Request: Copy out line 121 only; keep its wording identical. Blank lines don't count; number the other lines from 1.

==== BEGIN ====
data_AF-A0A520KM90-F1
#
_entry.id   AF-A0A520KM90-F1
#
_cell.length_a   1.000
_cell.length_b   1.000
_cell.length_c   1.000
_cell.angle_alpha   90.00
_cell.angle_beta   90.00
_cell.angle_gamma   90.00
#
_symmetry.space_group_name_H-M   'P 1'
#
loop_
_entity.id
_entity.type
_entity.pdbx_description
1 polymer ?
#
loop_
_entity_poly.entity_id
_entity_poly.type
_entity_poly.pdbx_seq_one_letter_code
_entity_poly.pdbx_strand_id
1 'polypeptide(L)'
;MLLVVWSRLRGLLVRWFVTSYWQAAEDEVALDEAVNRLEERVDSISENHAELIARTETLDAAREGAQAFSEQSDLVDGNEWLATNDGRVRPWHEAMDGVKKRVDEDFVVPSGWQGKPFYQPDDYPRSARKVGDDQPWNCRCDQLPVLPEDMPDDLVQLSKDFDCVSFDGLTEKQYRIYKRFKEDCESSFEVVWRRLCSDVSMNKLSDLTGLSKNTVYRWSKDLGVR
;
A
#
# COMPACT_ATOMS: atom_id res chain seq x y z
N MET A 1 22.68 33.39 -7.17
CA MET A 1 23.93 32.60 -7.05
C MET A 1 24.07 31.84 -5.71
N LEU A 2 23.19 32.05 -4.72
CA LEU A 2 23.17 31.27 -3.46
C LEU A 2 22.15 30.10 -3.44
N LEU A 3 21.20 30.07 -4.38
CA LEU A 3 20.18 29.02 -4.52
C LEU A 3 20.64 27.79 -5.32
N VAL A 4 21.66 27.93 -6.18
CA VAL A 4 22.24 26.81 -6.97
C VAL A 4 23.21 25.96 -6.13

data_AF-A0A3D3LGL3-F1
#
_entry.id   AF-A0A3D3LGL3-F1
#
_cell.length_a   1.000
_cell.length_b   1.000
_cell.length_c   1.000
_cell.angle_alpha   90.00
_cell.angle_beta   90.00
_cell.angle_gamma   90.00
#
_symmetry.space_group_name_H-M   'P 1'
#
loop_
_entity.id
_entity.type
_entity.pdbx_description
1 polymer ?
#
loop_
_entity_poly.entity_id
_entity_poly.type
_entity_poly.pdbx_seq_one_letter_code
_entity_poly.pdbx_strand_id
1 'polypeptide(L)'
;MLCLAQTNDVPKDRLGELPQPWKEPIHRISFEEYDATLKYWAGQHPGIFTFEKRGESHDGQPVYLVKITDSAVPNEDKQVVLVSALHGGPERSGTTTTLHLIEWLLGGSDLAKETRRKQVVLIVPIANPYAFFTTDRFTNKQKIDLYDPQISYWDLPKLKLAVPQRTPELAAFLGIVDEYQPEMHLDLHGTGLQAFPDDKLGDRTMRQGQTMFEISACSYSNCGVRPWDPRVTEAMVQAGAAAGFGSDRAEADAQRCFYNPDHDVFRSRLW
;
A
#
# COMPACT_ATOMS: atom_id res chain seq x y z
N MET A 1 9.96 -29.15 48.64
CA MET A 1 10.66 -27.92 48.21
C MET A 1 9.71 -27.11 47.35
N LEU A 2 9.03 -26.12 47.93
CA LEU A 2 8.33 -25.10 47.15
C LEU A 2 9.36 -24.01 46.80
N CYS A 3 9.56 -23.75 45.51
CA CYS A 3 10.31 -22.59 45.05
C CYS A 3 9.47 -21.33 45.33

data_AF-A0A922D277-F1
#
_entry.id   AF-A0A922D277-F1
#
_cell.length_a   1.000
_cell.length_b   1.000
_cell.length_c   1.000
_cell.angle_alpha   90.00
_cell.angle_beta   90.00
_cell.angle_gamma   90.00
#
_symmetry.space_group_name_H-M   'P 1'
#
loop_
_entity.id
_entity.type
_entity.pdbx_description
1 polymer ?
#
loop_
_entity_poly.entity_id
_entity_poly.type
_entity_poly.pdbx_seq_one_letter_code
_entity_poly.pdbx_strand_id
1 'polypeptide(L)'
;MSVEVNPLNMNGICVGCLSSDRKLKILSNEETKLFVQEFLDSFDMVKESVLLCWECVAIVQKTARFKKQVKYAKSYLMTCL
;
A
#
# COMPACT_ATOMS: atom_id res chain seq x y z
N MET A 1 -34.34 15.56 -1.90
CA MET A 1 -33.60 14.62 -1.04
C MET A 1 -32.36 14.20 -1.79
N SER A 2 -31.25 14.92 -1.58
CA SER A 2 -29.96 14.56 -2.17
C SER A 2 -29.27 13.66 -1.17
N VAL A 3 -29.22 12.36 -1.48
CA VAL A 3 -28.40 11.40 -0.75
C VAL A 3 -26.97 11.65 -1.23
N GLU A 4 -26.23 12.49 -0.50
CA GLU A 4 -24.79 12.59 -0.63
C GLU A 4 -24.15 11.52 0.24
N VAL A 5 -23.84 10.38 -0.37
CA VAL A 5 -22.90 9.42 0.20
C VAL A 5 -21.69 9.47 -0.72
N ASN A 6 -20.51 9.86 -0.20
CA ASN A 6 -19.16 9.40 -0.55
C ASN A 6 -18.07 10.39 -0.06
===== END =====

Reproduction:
N GLU A 4 -26.23 12.49 -0.50